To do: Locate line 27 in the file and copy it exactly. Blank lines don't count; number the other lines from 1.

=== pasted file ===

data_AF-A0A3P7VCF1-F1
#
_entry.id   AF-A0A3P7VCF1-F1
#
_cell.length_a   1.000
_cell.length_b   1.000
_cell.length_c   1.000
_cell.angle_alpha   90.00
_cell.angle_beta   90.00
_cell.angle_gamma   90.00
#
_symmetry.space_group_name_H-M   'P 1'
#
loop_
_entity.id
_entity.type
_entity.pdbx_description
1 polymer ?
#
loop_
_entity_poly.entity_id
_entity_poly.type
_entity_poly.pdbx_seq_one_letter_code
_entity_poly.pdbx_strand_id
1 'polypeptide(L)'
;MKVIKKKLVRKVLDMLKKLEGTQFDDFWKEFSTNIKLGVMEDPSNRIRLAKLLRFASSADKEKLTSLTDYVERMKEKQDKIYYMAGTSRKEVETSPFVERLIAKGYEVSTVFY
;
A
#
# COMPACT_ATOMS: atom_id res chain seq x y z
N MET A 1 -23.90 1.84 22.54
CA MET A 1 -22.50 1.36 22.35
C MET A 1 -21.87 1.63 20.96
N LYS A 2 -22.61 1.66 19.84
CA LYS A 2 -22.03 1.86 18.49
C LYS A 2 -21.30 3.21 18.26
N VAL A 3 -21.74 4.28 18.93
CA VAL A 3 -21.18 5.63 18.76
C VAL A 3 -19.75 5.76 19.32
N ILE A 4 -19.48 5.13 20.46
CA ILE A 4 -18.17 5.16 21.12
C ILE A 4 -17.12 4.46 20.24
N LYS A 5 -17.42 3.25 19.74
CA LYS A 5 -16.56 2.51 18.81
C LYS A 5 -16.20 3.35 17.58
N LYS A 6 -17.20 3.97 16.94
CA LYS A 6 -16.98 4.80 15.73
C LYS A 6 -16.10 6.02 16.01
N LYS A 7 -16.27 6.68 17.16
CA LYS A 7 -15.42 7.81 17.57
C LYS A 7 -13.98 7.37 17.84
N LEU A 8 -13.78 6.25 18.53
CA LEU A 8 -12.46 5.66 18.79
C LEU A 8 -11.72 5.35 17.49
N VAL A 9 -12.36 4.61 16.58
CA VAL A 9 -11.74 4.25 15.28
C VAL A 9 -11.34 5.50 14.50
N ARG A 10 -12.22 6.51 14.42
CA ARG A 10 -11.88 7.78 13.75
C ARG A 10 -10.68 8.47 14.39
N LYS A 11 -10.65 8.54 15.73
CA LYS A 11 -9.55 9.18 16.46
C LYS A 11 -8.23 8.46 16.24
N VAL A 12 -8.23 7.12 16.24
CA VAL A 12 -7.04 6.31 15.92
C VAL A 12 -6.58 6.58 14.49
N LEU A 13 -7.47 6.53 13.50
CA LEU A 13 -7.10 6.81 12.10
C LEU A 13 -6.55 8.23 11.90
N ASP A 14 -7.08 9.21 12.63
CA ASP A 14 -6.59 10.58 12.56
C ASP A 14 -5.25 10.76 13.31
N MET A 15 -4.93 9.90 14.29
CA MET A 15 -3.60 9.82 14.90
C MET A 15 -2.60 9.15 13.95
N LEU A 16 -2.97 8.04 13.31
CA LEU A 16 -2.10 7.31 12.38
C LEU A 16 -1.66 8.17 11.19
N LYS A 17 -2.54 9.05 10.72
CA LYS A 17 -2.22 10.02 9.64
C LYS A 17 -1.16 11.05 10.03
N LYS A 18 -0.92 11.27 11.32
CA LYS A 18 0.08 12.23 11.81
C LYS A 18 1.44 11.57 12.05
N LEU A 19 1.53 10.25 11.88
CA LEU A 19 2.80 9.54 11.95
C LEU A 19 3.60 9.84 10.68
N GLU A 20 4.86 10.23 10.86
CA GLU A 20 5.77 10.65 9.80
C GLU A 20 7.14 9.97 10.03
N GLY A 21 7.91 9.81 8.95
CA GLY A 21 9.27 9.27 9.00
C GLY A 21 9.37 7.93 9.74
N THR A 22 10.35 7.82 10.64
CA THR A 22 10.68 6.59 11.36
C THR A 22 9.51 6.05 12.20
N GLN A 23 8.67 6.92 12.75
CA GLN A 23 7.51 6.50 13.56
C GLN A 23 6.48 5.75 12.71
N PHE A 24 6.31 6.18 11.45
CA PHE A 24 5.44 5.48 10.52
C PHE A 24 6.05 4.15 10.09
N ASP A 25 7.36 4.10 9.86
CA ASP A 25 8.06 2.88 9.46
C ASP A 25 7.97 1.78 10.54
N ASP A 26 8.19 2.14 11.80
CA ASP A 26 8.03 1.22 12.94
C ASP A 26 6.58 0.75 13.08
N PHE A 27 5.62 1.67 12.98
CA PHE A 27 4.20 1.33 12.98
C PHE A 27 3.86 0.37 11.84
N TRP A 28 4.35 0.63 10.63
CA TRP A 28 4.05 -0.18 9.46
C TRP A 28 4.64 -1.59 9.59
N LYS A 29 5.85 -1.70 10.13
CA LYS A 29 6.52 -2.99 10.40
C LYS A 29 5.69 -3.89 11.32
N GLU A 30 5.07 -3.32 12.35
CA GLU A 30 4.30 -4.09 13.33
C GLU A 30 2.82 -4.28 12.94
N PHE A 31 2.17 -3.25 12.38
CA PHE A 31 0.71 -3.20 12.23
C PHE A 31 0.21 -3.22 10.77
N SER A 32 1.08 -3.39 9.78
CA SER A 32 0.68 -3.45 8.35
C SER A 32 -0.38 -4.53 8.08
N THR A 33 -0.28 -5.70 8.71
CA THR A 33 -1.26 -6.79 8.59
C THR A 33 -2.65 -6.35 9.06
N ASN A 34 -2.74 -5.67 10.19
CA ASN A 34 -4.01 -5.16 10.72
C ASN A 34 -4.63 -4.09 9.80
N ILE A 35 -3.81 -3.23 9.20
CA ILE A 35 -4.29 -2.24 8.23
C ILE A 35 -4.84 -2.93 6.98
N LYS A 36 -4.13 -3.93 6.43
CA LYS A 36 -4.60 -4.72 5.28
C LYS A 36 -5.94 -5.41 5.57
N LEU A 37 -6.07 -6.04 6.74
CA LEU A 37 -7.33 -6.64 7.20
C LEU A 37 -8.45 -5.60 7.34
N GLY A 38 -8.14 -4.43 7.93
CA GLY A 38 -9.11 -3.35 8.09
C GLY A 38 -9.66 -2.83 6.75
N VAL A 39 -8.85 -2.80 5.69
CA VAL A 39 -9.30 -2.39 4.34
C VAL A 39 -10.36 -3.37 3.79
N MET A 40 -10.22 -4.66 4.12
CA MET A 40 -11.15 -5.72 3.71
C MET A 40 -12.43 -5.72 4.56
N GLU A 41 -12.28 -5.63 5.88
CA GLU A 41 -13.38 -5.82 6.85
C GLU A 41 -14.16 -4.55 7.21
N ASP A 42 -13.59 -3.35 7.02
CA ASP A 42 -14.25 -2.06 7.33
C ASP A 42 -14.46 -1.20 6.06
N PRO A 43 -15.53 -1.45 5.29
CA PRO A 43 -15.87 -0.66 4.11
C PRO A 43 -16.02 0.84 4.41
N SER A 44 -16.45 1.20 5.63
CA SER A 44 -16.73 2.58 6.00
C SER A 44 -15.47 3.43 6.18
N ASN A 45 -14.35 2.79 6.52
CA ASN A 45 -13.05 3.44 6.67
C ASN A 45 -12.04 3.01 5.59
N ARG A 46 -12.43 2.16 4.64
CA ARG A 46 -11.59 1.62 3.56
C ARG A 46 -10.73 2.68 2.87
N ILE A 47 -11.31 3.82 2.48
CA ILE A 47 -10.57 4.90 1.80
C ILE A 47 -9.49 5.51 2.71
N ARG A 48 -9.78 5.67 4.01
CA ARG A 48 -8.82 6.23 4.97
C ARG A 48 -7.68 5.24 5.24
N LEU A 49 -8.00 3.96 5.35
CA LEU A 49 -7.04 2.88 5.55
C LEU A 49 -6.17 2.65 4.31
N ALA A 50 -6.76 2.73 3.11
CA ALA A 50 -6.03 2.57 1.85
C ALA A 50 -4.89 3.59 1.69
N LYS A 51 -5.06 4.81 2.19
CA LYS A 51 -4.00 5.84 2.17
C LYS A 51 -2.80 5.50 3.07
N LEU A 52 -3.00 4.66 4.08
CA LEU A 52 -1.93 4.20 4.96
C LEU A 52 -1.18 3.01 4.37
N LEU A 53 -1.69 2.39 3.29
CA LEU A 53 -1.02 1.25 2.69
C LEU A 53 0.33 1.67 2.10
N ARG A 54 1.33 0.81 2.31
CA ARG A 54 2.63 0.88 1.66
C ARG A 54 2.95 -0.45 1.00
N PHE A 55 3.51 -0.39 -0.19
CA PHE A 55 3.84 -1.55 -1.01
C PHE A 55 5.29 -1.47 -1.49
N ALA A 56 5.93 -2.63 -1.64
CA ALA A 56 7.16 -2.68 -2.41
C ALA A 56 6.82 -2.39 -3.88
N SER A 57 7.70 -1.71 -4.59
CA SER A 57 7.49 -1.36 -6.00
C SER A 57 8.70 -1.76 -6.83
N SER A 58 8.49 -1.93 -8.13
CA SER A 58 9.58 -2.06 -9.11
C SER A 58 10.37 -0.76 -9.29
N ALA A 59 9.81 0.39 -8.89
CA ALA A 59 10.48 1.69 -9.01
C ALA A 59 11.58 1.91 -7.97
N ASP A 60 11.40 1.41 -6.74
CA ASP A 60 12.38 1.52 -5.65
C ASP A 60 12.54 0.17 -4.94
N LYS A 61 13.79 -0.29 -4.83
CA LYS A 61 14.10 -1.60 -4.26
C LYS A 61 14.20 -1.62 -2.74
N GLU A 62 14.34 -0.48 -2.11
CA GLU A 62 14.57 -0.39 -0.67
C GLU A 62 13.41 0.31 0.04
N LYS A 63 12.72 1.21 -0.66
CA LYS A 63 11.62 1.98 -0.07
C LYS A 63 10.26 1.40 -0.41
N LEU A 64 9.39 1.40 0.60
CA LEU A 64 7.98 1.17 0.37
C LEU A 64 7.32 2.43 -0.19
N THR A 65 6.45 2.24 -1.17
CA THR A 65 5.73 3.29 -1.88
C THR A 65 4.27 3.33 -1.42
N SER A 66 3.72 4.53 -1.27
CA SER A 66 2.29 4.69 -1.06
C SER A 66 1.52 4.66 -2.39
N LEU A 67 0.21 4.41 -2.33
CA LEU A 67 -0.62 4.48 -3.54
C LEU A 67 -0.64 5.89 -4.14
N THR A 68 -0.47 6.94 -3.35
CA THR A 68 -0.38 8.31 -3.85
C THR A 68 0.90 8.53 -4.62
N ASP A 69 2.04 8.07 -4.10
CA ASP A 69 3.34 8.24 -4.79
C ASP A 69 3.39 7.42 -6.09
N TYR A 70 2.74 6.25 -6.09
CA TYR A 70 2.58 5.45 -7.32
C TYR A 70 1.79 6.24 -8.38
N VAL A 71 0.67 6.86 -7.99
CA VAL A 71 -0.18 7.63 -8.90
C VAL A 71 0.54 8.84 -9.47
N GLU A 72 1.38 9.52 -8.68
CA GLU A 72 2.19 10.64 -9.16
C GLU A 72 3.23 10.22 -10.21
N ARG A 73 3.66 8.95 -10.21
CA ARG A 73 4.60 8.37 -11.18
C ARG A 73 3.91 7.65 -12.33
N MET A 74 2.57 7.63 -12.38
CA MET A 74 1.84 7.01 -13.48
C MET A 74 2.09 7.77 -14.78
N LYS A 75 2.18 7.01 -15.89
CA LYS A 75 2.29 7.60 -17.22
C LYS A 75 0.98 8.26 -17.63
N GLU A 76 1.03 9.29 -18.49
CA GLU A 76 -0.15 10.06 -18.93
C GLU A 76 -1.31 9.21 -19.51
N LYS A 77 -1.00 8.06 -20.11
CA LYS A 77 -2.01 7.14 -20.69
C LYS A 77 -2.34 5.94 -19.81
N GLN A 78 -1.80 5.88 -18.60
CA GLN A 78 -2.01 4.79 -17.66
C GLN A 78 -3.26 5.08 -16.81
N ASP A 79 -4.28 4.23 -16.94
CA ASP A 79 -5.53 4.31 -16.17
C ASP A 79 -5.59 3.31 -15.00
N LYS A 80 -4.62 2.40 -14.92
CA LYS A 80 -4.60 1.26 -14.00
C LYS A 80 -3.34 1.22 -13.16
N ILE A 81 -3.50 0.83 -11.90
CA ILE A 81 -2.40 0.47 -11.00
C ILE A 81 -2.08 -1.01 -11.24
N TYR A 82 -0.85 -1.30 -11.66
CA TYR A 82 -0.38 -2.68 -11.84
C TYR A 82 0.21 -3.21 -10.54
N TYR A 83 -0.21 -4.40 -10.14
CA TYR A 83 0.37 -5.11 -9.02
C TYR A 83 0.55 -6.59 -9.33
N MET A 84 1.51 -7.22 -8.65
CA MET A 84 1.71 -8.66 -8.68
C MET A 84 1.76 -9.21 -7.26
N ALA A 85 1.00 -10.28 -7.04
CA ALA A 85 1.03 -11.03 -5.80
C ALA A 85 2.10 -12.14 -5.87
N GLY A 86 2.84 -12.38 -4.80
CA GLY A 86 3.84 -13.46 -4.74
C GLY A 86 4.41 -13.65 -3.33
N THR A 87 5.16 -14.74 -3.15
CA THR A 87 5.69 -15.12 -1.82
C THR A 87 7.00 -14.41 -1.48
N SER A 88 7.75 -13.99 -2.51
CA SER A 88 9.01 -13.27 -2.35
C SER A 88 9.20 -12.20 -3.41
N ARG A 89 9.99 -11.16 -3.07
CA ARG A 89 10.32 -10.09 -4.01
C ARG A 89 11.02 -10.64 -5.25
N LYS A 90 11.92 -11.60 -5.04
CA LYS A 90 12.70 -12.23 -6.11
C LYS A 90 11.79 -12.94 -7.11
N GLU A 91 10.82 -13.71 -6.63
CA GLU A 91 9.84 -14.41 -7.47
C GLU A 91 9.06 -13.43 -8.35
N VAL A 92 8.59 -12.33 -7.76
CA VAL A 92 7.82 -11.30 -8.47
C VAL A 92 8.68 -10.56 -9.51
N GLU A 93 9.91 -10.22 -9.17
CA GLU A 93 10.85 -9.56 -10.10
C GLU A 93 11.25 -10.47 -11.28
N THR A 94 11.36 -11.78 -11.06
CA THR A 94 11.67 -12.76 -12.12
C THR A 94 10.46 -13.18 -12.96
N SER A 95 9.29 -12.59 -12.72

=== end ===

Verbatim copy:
;